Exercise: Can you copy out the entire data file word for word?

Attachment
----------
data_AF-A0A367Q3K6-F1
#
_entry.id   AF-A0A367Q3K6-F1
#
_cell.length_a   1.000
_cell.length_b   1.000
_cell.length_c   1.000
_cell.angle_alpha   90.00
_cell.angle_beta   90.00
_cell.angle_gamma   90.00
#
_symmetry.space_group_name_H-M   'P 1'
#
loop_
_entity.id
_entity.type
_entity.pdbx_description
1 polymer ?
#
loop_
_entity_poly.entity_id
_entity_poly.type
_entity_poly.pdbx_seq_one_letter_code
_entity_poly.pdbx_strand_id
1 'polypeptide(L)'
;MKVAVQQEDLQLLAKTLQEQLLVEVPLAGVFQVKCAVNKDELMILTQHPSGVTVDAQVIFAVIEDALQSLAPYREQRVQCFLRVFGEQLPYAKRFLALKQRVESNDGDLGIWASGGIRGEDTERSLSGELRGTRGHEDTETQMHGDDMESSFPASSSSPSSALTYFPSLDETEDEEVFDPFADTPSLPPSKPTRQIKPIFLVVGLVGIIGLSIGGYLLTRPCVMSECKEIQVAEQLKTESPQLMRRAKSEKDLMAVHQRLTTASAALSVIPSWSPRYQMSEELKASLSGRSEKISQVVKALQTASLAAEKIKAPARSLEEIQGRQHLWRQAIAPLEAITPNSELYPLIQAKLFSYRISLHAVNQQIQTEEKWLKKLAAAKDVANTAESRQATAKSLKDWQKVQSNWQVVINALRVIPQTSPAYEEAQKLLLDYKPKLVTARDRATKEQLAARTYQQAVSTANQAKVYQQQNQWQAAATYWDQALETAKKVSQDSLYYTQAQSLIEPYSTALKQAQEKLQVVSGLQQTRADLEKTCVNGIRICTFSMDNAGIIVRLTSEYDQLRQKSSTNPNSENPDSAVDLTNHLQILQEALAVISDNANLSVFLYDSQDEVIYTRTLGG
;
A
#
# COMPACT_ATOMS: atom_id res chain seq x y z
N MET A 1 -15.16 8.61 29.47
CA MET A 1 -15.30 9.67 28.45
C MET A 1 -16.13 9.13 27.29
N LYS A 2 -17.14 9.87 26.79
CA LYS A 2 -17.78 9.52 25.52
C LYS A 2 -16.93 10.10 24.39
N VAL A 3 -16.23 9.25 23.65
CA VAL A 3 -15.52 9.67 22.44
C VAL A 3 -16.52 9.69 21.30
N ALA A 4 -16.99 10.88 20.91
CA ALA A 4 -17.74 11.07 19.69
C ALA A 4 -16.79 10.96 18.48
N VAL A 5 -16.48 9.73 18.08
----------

data_AF-A0A367Q3K6-F1
#
_entry.id   AF-A0A367Q3K6-F1
#
_cell.length_a   1.000
_cell.length_b   1.000
_cell.length_c   1.000
_cell.angle_alpha   90.00
_cell.angle_beta   90.00
_cell.angle_gamma   90.00
#
_symmetry.space_group_name_H-M   'P 1'
#
loop_
_entity.id
_entity.type
_entity.pdbx_description
1 polymer ?
#
loop_
_entity_poly.entity_id
_entity_poly.type
_entity_poly.pdbx_seq_one_letter_code
_entity_poly.pdbx_strand_id
1 'polypeptide(L)'
;MKVAVQQEDLQLLAKTLQEQLLVEVPLAGVFQVKCAVNKDELMILTQHPSGVTVDAQVIFAVIEDALQSLAPYREQRVQCFLRVFGEQLPYAKRFLALKQRVESNDGDLGIWASGGIRGEDTERSLSGELRGTRGHEDTETQMHGDDMESSFPASSSSPSSALTYFPSLDETEDEEVFDPFADTPSLPPSKPTRQIKPIFLVVGLVGIIGLSIGGYLLTRPCVMSECKEIQVAEQLKTESPQLMRRAKSEKDLMAVHQRLTTASAALSVIPSWSPRYQMSEELKASLSGRSEKISQVVKALQTASLAAEKIKAPARSLEEIQGRQHLWRQAIAPLEAITPNSELYPLIQAKLFSYRISLHAVNQQIQTEEKWLKKLAAAKDVANTAESRQATAKSLKDWQKVQSNWQVVINALRVIPQTSPAYEEAQKLLLDYKPKLVTARDRATKEQLAARTYQQAVSTANQAKVYQQQNQWQAAATYWDQALETAKKVSQDSLYYTQAQSLIEPYSTALKQAQEKLQVVSGLQQTRADLEKTCVNGIRICTFSMDNAGIIVRLTSEYDQLRQKSSTNPNSENPDSAVDLTNHLQILQEALAVISDNANLSVFLYDSQDEVIYTRTLGG
;
A
#
# COMPACT_ATOMS: atom_id res chain seq x y z
N MET A 1 -15.16 8.61 29.47
CA MET A 1 -15.30 9.67 28.45
C MET A 1 -16.13 9.13 27.29
N LYS A 2 -17.14 9.87 26.79
CA LYS A 2 -17.78 9.52 25.52
C LYS A 2 -16.93 10.10 24.39
N VAL A 3 -16.23 9.25 23.65
CA VAL A 3 -15.52 9.67 22.44
C VAL A 3 -16.52 9.69 21.30
N ALA A 4 -16.99 10.88 20.91
CA ALA A 4 -17.74 11.07 19.69
C ALA A 4 -16.79 10.96 18.48
N VAL A 5 -16.48 9.73 18.08